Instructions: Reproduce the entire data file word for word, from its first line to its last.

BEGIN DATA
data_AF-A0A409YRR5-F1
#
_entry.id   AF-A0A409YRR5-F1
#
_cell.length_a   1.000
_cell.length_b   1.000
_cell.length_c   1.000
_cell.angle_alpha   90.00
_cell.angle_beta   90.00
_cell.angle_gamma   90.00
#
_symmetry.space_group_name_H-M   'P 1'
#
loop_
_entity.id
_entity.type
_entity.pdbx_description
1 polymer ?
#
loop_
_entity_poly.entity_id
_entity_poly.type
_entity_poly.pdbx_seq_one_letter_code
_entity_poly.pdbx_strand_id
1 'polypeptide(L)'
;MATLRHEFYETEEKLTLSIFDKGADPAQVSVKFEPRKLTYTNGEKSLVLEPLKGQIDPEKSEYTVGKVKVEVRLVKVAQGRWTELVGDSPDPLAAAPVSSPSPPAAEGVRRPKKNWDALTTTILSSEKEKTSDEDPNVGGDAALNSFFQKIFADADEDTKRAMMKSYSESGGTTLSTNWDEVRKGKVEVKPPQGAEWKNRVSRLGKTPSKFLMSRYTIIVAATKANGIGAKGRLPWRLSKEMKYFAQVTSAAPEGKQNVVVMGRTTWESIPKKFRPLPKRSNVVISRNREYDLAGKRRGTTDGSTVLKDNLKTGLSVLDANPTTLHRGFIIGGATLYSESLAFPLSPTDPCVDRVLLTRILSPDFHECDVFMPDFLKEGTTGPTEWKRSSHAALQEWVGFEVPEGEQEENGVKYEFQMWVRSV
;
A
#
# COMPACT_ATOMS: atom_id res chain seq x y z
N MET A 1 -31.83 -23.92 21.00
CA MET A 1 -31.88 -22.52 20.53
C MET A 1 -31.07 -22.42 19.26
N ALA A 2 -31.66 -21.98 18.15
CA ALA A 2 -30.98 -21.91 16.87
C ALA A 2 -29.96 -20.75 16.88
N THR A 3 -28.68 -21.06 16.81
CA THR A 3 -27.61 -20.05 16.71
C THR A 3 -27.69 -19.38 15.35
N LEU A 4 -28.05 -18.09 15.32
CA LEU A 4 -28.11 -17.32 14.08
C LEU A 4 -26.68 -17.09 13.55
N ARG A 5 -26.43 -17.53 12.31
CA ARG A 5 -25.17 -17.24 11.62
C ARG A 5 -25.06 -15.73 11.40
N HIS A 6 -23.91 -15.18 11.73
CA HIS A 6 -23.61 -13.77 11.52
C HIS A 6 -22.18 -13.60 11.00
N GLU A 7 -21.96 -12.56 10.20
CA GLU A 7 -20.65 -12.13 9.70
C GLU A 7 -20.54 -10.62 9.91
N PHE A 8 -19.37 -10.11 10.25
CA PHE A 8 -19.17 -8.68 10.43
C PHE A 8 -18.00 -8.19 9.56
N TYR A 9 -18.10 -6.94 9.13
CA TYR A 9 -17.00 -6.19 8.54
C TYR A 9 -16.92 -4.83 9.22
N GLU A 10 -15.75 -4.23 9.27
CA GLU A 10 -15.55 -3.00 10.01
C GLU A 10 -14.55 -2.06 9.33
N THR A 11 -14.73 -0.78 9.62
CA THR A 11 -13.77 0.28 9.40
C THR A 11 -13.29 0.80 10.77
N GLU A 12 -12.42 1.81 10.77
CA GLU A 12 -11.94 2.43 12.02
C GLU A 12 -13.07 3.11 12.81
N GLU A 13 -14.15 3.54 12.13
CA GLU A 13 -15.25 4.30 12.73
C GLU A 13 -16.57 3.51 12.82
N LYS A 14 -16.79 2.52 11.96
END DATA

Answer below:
data_AF-A0A409YRR5-F1
#
_entry.id   AF-A0A409YRR5-F1
#
_cell.length_a   1.000
_cell.length_b   1.000
_cell.length_c   1.000
_cell.angle_alpha   90.00
_cell.angle_beta   90.00
_cell.angle_gamma   90.00
#
_symmetry.space_group_name_H-M   'P 1'
#
loop_
_entity.id
_entity.type
_entity.pdbx_description
1 polymer ?
#
loop_
_entity_poly.entity_id
_entity_poly.type
_entity_poly.pdbx_seq_one_letter_code
_entity_poly.pdbx_strand_id
1 'polypeptide(L)'
;MATLRHEFYETEEKLTLSIFDKGADPAQVSVKFEPRKLTYTNGEKSLVLEPLKGQIDPEKSEYTVGKVKVEVRLVKVAQGRWTELVGDSPDPLAAAPVSSPSPPAAEGVRRPKKNWDALTTTILSSEKEKTSDEDPNVGGDAALNSFFQKIFADADEDTKRAMMKSYSESGGTTLSTNWDEVRKGKVEVKPPQGAEWKNRVSRLGKTPSKFLMSRYTIIVAATKANGIGAKGRLPWRLSKEMKYFAQVTSAAPEGKQNVVVMGRTTWESIPKKFRPLPKRSNVVISRNREYDLAGKRRGTTDGSTVLKDNLKTGLSVLDANPTTLHRGFIIGGATLYSESLAFPLSPTDPCVDRVLLTRILSPDFHECDVFMPDFLKEGTTGPTEWKRSSHAALQEWVGFEVPEGEQEENGVKYEFQMWVRSV
;
A
#
# COMPACT_ATOMS: atom_id res chain seq x y z
N MET A 1 -31.83 -23.92 21.00
CA MET A 1 -31.88 -22.52 20.53
C MET A 1 -31.07 -22.42 19.26
N ALA A 2 -31.66 -21.98 18.15
CA ALA A 2 -30.98 -21.91 16.87
C ALA A 2 -29.96 -20.75 16.88
N THR A 3 -28.68 -21.06 16.81
CA THR A 3 -27.61 -20.05 16.71
C THR A 3 -27.69 -19.38 15.35
N LEU A 4 -28.05 -18.09 15.32
CA LEU A 4 -28.11 -17.32 14.08
C LEU A 4 -26.68 -17.09 13.55
N ARG A 5 -26.43 -17.53 12.31
CA ARG A 5 -25.17 -17.24 11.62
C ARG A 5 -25.06 -15.73 11.40
N HIS A 6 -23.91 -15.18 11.73
CA HIS A 6 -23.61 -13.77 11.52
C HIS A 6 -22.18 -13.60 11.00
N GLU A 7 -21.96 -12.56 10.20
CA GLU A 7 -20.65 -12.13 9.70
C GLU A 7 -20.54 -10.62 9.91
N PHE A 8 -19.37 -10.11 10.25
CA PHE A 8 -19.17 -8.68 10.43
C PHE A 8 -18.00 -8.19 9.56
N TYR A 9 -18.10 -6.94 9.13
CA TYR A 9 -17.00 -6.19 8.54
C TYR A 9 -16.92 -4.83 9.22
N GLU A 10 -15.75 -4.23 9.27
CA GLU A 10 -15.55 -3.00 10.01
C GLU A 10 -14.55 -2.06 9.33
N THR A 11 -14.73 -0.78 9.62
CA THR A 11 -13.77 0.28 9.40
C THR A 11 -13.29 0.80 10.77
N GLU A 12 -12.42 1.81 10.77
CA GLU A 12 -11.94 2.43 12.02
C GLU A 12 -13.07 3.11 12.81
N GLU A 13 -14.15 3.54 12.13
CA GLU A 13 -15.25 4.30 12.73
C GLU A 13 -16.57 3.51 12.82
N LYS A 14 -16.79 2.52 11.96